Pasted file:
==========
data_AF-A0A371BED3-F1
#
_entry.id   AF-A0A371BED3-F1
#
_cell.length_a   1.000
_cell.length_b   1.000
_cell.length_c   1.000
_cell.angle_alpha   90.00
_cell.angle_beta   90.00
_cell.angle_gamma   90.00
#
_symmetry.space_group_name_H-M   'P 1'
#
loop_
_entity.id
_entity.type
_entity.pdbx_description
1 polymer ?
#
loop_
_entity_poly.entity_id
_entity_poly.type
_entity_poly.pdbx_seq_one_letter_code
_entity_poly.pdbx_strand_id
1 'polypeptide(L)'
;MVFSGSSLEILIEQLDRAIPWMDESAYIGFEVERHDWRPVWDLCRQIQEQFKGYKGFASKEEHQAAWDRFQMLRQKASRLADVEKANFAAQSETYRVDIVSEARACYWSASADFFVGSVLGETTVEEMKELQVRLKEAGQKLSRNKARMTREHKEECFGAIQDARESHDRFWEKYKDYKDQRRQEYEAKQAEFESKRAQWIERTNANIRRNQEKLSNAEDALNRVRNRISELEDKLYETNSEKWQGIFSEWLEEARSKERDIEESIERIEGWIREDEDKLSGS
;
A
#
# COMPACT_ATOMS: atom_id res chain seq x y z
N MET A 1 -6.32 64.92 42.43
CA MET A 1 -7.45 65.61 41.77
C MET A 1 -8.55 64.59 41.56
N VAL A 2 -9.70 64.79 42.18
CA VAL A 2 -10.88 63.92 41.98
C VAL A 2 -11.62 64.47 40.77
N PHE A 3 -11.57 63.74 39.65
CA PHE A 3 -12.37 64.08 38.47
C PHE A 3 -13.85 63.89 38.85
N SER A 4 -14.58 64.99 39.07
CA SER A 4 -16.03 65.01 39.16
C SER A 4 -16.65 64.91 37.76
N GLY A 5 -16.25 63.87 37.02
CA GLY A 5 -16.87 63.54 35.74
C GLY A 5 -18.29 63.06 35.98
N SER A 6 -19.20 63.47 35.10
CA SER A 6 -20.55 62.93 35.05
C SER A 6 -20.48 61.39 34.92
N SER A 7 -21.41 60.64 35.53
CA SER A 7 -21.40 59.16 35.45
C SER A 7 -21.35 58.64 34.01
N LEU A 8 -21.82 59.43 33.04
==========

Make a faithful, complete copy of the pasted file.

data_AF-A0A371BED3-F1
#
_entry.id   AF-A0A371BED3-F1
#
_cell.length_a   1.000
_cell.length_b   1.000
_cell.length_c   1.000
_cell.angle_alpha   90.00
_cell.angle_beta   90.00
_cell.angle_gamma   90.00
#
_symmetry.space_group_name_H-M   'P 1'
#
loop_
_entity.id
_entity.type
_entity.pdbx_description
1 polymer ?
#
loop_
_entity_poly.entity_id
_entity_poly.type
_entity_poly.pdbx_seq_one_letter_code
_entity_poly.pdbx_strand_id
1 'polypeptide(L)'
;MVFSGSSLEILIEQLDRAIPWMDESAYIGFEVERHDWRPVWDLCRQIQEQFKGYKGFASKEEHQAAWDRFQMLRQKASRLADVEKANFAAQSETYRVDIVSEARACYWSASADFFVGSVLGETTVEEMKELQVRLKEAGQKLSRNKARMTREHKEECFGAIQDARESHDRFWEKYKDYKDQRRQEYEAKQAEFESKRAQWIERTNANIRRNQEKLSNAEDALNRVRNRISELEDKLYETNSEKWQGIFSEWLEEARSKERDIEESIERIEGWIREDEDKLSGS
;
A
#
# COMPACT_ATOMS: atom_id res chain seq x y z
N MET A 1 -6.32 64.92 42.43
CA MET A 1 -7.45 65.61 41.77
C MET A 1 -8.55 64.59 41.56
N VAL A 2 -9.70 64.79 42.18
CA VAL A 2 -10.88 63.92 41.98
C VAL A 2 -11.62 64.47 40.77
N PHE A 3 -11.57 63.74 39.65
CA PHE A 3 -12.37 64.08 38.47
C PHE A 3 -13.85 63.89 38.85
N SER A 4 -14.58 64.99 39.07
CA SER A 4 -16.03 65.01 39.16
C SER A 4 -16.65 64.91 37.76
N GLY A 5 -16.25 63.87 37.02
CA GLY A 5 -16.87 63.54 35.74
C GLY A 5 -18.29 63.06 35.98
N SER A 6 -19.20 63.47 35.10
CA SER A 6 -20.55 62.93 35.05
C SER A 6 -20.48 61.39 34.92
N SER A 7 -21.41 60.64 35.53
CA SER A 7 -21.40 59.16 35.45
C SER A 7 -21.35 58.64 34.01
N LEU A 8 -21.82 59.43 33.04